Everything was fine until SASSA CEO started his job‚ Bathabile Dlamini claims

Everything was fine until SASSA CEO started his job‚ Bathabile Dlamini claims.
Everything was fine until SASSA CEO started his job‚ Bathabile Dlamini claims.
Image: Simphiwe Nkwali

Social Development Minister Bathabile Dlamini is adamant that the measures she put in place to deal with the social grants crisis were "diligent and competent" – until SA Social Security Agency (SASSA) chief executive Thokozani Magwaza assumed the position.

This is despite Geoff Budlender SC‚ acting on behalf of the Black Sash Trust‚ putting it to her that these work streams were "unlawful and irregular".

The exchange took place on Tuesday during an inquiry into the SASSA debacle.

Dlamini disagreed with Budlender.

"Those people were competent and diligent. I've not fought or taken any different decisions with previous CEOs‚ but now there is a comment that I have the sole responsibility of SASSA‚" Dlamini said‚ directing her response to her unsavoury relationship with Magwaza.

She told the inquiry that problems regarding the operation of the work streams started when Magwaza assumed the position of chief executive.

"There were no hiccups. Problems started when Magwaza became CEO. He had agreed to the establishment of the work streams when he was DG [Director General]."

Dlamini also accused Magwaza of telling one of his colleagues that he would terminate the contracts of the leaders of the work streams once he took the position of chief executive.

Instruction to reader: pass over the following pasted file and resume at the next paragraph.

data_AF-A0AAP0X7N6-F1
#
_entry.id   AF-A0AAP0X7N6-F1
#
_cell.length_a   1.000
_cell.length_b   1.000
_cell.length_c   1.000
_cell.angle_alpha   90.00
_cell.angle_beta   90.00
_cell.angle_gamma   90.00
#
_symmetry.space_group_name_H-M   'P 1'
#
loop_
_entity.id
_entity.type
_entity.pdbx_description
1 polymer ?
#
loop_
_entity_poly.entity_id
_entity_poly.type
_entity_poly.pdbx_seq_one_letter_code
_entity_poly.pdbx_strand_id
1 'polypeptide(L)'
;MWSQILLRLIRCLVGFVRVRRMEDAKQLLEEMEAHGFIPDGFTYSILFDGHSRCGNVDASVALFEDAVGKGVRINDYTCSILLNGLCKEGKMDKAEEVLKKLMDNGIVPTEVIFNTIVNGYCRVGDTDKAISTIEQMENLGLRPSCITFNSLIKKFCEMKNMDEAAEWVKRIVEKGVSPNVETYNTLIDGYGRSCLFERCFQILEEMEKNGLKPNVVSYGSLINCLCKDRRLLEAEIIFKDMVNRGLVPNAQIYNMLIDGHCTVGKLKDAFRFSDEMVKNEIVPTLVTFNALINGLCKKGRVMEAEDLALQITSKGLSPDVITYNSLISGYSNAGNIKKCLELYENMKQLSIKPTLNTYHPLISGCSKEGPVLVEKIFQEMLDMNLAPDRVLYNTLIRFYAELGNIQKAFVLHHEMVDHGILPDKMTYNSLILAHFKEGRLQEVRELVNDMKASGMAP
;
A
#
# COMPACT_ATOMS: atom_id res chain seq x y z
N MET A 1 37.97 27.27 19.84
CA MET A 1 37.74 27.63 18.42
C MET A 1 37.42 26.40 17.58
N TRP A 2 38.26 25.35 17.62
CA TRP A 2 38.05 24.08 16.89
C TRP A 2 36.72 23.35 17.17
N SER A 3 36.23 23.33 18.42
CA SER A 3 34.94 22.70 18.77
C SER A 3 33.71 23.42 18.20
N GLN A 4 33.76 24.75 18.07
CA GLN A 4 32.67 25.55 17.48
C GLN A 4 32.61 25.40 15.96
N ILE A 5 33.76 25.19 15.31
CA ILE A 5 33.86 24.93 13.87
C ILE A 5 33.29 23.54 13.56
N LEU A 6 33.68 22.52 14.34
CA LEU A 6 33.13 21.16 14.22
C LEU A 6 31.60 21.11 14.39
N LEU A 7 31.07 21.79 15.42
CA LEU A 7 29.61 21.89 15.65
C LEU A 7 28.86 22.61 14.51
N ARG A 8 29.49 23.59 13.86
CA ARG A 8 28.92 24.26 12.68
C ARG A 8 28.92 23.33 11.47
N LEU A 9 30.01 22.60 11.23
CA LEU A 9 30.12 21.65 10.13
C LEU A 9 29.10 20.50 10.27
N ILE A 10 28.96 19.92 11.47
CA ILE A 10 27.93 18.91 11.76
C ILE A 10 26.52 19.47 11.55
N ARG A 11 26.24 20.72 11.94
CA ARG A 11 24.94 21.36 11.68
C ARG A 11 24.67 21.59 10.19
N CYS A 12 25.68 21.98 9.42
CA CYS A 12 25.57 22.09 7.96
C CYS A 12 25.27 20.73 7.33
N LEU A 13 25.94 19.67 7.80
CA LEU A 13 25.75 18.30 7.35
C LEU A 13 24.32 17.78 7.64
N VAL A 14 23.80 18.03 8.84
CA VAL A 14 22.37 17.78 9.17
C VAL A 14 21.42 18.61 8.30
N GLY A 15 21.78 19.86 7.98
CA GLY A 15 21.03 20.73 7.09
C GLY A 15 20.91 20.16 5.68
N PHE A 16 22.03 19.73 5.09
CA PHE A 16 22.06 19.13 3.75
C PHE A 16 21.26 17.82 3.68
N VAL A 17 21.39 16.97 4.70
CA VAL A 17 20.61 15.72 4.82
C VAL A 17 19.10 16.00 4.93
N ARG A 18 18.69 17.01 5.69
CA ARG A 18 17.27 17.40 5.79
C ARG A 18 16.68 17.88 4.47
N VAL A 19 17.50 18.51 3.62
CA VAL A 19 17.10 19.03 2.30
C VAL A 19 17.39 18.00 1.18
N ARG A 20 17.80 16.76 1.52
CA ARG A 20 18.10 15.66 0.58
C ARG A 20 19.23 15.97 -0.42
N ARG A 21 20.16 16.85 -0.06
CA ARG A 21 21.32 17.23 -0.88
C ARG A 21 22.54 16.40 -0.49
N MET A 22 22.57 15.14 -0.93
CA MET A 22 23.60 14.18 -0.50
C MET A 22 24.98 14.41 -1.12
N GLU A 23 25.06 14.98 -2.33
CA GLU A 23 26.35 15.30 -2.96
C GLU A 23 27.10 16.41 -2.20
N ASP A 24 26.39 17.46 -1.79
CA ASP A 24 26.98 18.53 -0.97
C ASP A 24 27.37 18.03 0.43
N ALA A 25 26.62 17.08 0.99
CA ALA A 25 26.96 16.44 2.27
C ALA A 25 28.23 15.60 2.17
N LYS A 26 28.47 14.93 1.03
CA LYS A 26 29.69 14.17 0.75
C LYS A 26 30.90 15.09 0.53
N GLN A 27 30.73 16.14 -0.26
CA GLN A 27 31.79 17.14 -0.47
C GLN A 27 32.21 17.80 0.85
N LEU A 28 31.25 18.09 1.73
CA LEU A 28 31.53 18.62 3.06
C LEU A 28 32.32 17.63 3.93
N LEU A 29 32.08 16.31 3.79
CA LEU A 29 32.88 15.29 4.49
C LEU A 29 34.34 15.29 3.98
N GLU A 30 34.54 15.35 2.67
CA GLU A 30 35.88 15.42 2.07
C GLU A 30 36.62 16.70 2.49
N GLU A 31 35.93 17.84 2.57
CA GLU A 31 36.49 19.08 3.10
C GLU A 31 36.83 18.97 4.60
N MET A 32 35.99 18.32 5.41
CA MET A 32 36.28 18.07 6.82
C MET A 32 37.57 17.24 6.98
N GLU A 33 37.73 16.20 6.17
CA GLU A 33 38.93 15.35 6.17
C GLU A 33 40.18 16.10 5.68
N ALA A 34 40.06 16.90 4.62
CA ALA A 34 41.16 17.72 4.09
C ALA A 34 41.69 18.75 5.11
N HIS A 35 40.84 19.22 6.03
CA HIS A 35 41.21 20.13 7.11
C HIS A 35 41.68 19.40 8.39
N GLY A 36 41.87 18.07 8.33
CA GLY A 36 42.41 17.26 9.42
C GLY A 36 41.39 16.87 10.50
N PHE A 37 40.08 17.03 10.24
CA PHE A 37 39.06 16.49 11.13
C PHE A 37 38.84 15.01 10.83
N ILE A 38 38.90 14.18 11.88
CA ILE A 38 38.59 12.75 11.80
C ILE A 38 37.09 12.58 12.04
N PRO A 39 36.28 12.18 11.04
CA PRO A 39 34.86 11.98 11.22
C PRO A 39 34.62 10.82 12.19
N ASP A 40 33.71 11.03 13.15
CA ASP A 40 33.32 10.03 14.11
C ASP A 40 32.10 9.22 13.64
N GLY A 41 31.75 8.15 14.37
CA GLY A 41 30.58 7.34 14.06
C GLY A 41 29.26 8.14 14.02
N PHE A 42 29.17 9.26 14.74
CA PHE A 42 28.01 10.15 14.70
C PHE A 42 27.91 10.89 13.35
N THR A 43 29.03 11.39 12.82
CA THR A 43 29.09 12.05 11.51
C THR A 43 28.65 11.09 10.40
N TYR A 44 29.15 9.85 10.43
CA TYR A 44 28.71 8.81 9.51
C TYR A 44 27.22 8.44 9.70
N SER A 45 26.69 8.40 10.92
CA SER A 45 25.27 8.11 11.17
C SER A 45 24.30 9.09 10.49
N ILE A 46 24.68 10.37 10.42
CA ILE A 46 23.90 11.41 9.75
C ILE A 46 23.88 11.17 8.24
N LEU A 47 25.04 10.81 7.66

Budlender pressed Dlamini on why she had failed to include in her affidavit to the Constitutional Court her role in the formation of the work streams.

Dlamini was adamant that it was not necessary for her to inform the court about this.

"You did not tell the Concourt the truth about the work streams because you wanted to shift the blame to Mr Magwaza‚" Budlender told Dlamini.

Budlender also told Dlamini that she had no legal power to do take over SASSA's operational matters by establishing the work streams.

"You do not have the power to run SASSA‚" Budlender said.

But Dlamini shot back: "The court said it clearly that when it comes to the work of SASSA‚ the buck stops with me."

The Constitutional Court last year ordered that an inquiry be established to set out Dlamini’s roles and responsibilities as social development minister. The court found that it could not make an “adverse” order against the minister on the basis of allegations that have not been tested.

The court ordered that all parties involved in the matter appoint a judge to investigate whether Dlamini should be held liable for the grants saga.

Retired judge Bernard Ngoepe has since been appointed to head the inquiry.

The Black Sash Trust approached the court in March after SASSA acknowledged it would not be able to pay millions of grants from April 1‚ despite promising the court in November 2015 it would do so.

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